Today, Senators Joni Ernst (R-IA) and Angus King (I-ME) introduced a fix for the critical floor plan deductibility issue affecting the RV industry.
The new bill will fix an error in the tax reform bill that inadvertently removed travel trailers from the definition of “motor vehicle” for the purposes of floor plan financing interest deductibility.
The proposed changes impact RV trailer dealers with more than $25 million in annual sales, whose net interest deduction is currently limited to 30 percent of earnings before interest, taxes, depreciation, amortization and depletion. It is estimated that four out of every ten dollars spent at an RV retail establishment is generated by a dealer with $25 million or more in annual sales. Dealers of similar types of vehicles including boats, motorhomes, conversion vans, motorcycles and automobiles, can fully deduct interest paid on their inventory floor plans. Ensuring that RV trailer dealers can fully deduct their interest will ensure that RV trailers remain competitive with these other recreation products.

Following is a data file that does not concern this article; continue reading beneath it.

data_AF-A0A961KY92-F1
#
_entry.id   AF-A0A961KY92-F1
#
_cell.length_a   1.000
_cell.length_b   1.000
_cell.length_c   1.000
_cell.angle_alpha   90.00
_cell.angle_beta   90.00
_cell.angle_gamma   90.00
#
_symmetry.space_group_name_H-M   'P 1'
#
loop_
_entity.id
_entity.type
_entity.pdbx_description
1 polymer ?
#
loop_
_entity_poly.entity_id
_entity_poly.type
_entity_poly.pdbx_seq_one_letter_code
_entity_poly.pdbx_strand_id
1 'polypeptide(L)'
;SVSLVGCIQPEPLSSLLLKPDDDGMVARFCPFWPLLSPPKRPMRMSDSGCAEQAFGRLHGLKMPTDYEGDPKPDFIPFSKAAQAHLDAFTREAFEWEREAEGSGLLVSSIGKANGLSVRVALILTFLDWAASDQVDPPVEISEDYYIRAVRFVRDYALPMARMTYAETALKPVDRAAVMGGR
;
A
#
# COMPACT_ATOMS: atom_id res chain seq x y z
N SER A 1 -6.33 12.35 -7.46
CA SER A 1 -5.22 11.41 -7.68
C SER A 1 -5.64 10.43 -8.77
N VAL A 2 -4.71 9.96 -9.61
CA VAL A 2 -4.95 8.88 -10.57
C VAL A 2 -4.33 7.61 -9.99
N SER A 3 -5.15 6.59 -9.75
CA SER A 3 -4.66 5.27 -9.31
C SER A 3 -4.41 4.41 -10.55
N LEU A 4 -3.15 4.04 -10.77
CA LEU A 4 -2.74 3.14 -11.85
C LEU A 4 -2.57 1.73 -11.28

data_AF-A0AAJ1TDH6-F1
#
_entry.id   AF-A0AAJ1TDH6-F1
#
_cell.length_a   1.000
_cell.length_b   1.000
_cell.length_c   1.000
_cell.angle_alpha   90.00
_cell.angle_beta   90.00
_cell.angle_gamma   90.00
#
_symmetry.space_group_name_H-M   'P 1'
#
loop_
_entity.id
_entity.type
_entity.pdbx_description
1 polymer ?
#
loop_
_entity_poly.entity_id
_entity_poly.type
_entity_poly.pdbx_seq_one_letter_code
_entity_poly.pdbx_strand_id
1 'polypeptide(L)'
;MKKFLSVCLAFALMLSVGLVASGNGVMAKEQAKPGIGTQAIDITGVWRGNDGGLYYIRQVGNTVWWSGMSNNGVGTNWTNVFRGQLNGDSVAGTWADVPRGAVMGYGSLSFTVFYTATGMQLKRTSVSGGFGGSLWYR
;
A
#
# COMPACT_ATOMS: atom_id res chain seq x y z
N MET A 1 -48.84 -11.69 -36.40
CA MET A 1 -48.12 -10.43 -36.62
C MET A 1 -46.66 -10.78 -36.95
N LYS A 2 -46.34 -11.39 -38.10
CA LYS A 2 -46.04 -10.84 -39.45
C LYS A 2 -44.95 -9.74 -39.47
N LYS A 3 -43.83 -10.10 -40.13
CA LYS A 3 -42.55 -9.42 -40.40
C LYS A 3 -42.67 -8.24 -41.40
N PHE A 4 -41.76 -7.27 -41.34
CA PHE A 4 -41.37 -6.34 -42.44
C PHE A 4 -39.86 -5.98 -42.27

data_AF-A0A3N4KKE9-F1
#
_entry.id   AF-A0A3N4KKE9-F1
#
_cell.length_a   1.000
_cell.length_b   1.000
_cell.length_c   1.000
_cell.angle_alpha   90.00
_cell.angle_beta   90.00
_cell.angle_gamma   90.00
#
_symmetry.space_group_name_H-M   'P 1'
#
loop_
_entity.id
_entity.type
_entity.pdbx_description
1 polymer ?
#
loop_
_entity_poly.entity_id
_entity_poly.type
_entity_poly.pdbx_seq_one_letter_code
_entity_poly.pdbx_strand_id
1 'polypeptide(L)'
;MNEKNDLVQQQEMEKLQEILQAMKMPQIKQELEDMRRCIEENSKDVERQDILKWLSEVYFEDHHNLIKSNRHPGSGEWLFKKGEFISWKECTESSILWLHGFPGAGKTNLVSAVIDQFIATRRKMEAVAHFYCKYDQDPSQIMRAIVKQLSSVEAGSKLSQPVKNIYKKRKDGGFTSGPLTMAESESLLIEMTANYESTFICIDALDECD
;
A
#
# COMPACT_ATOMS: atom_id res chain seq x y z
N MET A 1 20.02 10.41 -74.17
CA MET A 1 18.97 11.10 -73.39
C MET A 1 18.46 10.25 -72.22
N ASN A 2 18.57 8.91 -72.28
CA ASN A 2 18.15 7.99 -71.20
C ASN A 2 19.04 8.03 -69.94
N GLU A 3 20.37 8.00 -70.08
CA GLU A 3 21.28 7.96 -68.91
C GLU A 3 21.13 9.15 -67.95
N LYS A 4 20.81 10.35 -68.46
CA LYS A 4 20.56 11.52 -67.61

“The RV industry employs thousands of Iowans and contributes almost $2 billion in economic output in our state,” said Senator Ernst, Senate RV Caucus Chairperson. “This commonsense bill would help this industry continue to thrive by ensuring that towable RV and camper dealers are not at a disadvantage.”
All 50 states define and regulate towable RVs and campers as motor vehicles. Though a small fix, this bill ensures that motorized and non-motorized campers and travel trailers are treated the same under the U.S. tax code.
“The day I left office as Governor in 2003, my wife and I departed with our two children in a 40-foot RV for the next five and a half months to set forth on a great adventure,” said Senator Angus King, Senate RV Caucus member. “On that trip, we participated in a tradition going back generations and witnessed the majesty of America through our windshield. This bill seeks to level the playing field for travelers in the tax code, whether they choose to purchase a motorized or non-motorized RV. The Tax Cuts and Jobs Act created a false distinction between the two, and this bill seeks to restore fairness in the tax code by granting them the same treatment.”